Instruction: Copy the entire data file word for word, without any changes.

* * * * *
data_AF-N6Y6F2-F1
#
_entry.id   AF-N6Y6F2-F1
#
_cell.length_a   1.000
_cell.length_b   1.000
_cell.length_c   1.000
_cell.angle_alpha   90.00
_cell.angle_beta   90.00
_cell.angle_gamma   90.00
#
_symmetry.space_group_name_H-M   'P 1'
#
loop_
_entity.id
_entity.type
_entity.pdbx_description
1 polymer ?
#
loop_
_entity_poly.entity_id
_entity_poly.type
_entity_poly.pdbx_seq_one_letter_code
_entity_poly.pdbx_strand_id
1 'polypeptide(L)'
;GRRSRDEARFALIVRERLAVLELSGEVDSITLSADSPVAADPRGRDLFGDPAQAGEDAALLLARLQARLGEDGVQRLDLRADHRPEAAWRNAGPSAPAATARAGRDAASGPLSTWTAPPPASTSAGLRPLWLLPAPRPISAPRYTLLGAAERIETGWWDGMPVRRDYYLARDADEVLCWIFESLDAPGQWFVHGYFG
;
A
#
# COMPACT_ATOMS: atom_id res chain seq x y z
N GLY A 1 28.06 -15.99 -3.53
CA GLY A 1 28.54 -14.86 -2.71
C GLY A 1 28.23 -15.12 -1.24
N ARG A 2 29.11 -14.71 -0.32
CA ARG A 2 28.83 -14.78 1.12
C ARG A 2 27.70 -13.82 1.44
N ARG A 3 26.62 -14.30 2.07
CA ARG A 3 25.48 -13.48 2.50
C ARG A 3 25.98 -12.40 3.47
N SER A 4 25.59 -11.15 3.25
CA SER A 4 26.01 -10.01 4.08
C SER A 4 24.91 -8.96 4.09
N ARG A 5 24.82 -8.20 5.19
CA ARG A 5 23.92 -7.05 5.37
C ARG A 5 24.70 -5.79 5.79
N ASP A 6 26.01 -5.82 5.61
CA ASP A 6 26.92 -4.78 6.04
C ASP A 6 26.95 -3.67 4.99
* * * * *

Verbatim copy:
data_AF-N6Y6F2-F1
#
_entry.id   AF-N6Y6F2-F1
#
_cell.length_a   1.000
_cell.length_b   1.000
_cell.length_c   1.000
_cell.angle_alpha   90.00
_cell.angle_beta   90.00
_cell.angle_gamma   90.00
#
_symmetry.space_group_name_H-M   'P 1'
#
loop_
_entity.id
_entity.type
_entity.pdbx_description
1 polymer ?
#
loop_
_entity_poly.entity_id
_entity_poly.type
_entity_poly.pdbx_seq_one_letter_code
_entity_poly.pdbx_strand_id
1 'polypeptide(L)'
;GRRSRDEARFALIVRERLAVLELSGEVDSITLSADSPVAADPRGRDLFGDPAQAGEDAALLLARLQARLGEDGVQRLDLRADHRPEAAWRNAGPSAPAATARAGRDAASGPLSTWTAPPPASTSAGLRPLWLLPAPRPISAPRYTLLGAAERIETGWWDGMPVRRDYYLARDADEVLCWIFESLDAPGQWFVHGYFG
;
A
#
# COMPACT_ATOMS: atom_id res chain seq x y z
N GLY A 1 28.06 -15.99 -3.53
CA GLY A 1 28.54 -14.86 -2.71
C GLY A 1 28.23 -15.12 -1.24
N ARG A 2 29.11 -14.71 -0.32
CA ARG A 2 28.83 -14.78 1.12
C ARG A 2 27.70 -13.82 1.44
N ARG A 3 26.62 -14.30 2.07
CA ARG A 3 25.48 -13.48 2.50
C ARG A 3 25.98 -12.40 3.47
N SER A 4 25.59 -11.15 3.25
CA SER A 4 26.01 -10.01 4.08
C SER A 4 24.91 -8.96 4.09
N ARG A 5 24.82 -8.20 5.19
CA ARG A 5 23.92 -7.05 5.37
C ARG A 5 24.70 -5.79 5.79
N ASP A 6 26.01 -5.82 5.61
CA ASP A 6 26.92 -4.78 6.04
C ASP A 6 26.95 -3.67 4.99